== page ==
Climate Finance From Rich Nations, Capacity Building — How India Can Meet Its G20 Climate Goals


G20 Climate Agenda: The 18th G20 (Group of Twenty) Heads of State and Government Summit, which will be held in New Delhi from September 9 to 10, 2023, has the theme “Vasudhaiva Kutumbakam” or “One Earth • One Family • One Future”. At the conclusion of the 2022 G20 Summit in Bali, Indonesia passed the baton of the G20 Presidency to India. India has been holding the G20 Presidency since December 1, 2022, and will hold it till November 30, 2023, following which Brazil will take over. 

At the summit, which is a conclusion of all the G20 processes and meetings that have occurred throughout the year, a declaration will be adopted. Most of these meetings were centred around discussions on protecting all forms of life, understanding their role in the universe, and adopting environmentally sustainable and responsible choices to have a cleaner, greener and bluer future. The G20 meetings also focused on the concept of ‘Lifestyle for Environment’ (LiFE). 

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On July 28, 2023, the fourth and the final Environment and Climate Ministers’ Meet concluded in Chennai. As many as 41 Ministers or their deputies from different nations attended the meeting. The delegates agreed to unanimously commit themselves to creating a sustainable and resilient future, and focused on areas such as land degradation, biodiversity loss, blue economy, water resource management, and circular economy. According to the European Parliament, circular economy refers to a model of production and consumption in which the life cycle of products is increased, and waste is reduced to a minimum through the sharing, reusing, repairing, refurbishing and recycling of existing materials as long as possible. The sustainable use of ocean resources for economic growth, improved livelihoods, and jobs, while preserving the health of the ocean ecosystem, is referred to as the blue economy, according to the World Bank.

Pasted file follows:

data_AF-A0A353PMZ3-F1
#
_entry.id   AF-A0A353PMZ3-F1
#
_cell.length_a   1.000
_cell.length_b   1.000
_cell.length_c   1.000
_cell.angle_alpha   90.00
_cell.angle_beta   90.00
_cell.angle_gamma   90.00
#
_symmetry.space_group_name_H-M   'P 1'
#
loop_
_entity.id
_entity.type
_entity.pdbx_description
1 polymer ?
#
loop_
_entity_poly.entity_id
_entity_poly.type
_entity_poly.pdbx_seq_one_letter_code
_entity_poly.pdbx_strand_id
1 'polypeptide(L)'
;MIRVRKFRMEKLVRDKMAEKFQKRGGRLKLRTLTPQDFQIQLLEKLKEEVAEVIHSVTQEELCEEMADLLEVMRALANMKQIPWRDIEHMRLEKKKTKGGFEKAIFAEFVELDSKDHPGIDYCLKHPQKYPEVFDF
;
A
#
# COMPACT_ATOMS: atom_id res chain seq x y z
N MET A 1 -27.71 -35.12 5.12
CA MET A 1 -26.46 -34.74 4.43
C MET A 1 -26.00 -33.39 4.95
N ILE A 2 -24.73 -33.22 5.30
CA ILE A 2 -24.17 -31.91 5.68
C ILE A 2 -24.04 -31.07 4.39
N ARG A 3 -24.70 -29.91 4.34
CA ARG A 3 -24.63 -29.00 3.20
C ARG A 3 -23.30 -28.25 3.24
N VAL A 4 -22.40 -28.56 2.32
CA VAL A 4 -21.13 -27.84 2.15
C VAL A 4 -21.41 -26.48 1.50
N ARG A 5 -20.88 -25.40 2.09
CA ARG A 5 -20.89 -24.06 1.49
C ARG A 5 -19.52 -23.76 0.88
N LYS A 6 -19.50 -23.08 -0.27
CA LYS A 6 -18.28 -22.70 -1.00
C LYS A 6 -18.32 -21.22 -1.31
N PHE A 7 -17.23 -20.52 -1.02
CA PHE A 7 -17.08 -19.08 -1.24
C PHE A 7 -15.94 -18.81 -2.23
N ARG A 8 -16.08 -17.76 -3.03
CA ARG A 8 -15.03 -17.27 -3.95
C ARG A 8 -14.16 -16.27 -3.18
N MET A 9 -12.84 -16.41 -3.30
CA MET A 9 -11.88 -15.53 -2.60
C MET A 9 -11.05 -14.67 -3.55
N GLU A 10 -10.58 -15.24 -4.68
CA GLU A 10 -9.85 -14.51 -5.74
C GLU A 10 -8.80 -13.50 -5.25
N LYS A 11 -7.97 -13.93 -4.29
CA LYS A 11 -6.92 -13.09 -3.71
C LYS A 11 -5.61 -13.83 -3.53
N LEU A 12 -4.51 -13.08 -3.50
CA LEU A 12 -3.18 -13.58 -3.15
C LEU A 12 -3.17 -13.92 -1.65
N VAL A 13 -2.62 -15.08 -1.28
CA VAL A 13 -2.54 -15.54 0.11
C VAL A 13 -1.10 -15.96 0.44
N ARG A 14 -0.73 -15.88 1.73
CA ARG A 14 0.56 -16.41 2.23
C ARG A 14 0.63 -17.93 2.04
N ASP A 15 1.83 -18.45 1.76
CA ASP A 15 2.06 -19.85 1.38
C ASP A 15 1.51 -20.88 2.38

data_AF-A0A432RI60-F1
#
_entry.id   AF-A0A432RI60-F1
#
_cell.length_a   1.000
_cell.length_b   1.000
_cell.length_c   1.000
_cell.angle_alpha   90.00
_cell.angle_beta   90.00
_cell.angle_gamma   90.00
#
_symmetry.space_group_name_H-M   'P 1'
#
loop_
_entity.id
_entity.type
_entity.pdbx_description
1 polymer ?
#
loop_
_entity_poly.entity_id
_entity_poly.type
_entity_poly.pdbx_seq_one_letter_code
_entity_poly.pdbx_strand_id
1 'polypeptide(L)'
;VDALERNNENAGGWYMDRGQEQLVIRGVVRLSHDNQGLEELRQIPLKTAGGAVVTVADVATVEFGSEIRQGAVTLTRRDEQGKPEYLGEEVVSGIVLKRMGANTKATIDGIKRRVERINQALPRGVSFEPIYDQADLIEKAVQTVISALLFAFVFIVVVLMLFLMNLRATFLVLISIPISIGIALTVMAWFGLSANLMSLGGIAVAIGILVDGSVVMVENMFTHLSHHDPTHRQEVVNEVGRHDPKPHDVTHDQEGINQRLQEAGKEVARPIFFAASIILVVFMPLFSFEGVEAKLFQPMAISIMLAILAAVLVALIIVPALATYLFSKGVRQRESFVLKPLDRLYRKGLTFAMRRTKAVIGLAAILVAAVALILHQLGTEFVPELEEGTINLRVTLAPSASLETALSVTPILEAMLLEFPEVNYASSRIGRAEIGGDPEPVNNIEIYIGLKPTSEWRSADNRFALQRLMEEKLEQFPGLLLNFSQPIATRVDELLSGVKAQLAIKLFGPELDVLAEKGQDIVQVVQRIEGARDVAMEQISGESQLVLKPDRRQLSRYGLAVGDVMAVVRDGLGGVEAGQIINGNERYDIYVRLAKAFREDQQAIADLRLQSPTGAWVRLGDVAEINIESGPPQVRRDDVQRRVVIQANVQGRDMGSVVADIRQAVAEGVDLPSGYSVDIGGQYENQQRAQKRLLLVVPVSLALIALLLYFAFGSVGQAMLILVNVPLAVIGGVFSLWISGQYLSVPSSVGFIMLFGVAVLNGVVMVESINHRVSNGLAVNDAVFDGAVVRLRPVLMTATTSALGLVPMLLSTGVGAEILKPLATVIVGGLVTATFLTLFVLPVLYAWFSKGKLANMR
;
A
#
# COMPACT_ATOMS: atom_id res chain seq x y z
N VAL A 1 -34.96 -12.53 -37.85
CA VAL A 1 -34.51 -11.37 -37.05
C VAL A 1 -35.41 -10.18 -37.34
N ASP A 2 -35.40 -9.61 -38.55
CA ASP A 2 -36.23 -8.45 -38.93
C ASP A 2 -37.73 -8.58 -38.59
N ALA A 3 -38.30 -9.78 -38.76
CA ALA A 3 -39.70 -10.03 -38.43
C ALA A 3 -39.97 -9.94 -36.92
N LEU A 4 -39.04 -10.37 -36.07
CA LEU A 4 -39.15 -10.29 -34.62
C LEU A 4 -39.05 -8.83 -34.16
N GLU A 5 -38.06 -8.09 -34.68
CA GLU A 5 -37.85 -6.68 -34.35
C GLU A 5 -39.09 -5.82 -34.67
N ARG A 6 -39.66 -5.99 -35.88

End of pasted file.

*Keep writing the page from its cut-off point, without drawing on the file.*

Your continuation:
A document called the Chennai High Level Principles for a Sustainable and Resilient Blue/Ocean-based Economy was adopted at the climate meet, and this will be submitted to the G20 leaders so that they can consider annexing the document to the G20 New Delhi Leader’s Declaration 2023. 

In order to understand more about India’s objectives and priorities in the G20 climate agenda, how the country can achieve these goals, and what the challenges are, ABP Live spoke to Harjeet Singh, Head of Global Political Strategy, Climate Action Network International (CAN-I), a global network of over 1,900 civil society organisations in more than 130 countries working on climate change-related aspects; Professor Anamika Barua, Department of Humanities and Social Sciences, IIT Guwahati; and Dr Anjal Prakash, Clinical Associate Professor (Research) and Research Director, Bharti Institute of Public Policy, Indian School of Business. 

India’s priorities and objectives in the G20 climate agenda

It is important for affluent nations to support developing nations through climate finance and understand their responsibility of implementing policies to meet domestic climate goals, the experts said. Rich countries must commit themselves to considerably reducing emissions, developing nations such as India should focus on capacity building and technology transfer, and carbon markets should be encouraged.

According to the United Nations, carbon markets are trading systems in which carbon credits are sold and bought, and are used by firms or individuals to compensate for their greenhouse gas emissions by purchasing carbon credits from companies that reduce greenhouse gas emissions. Carbon credits allow a company to emit a certain amount of carbon dioxide or other greenhouse gases, and are meant to reduce greenhouse gas emissions. If one trades a carbon credit, it means that one tonne of carbon dioxide or the equivalent amount of a different greenhouse gas is reduced or avoided. 

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Public, grant-based and concessional finance plays an important role in India’s G20 climate agenda, according to the experts.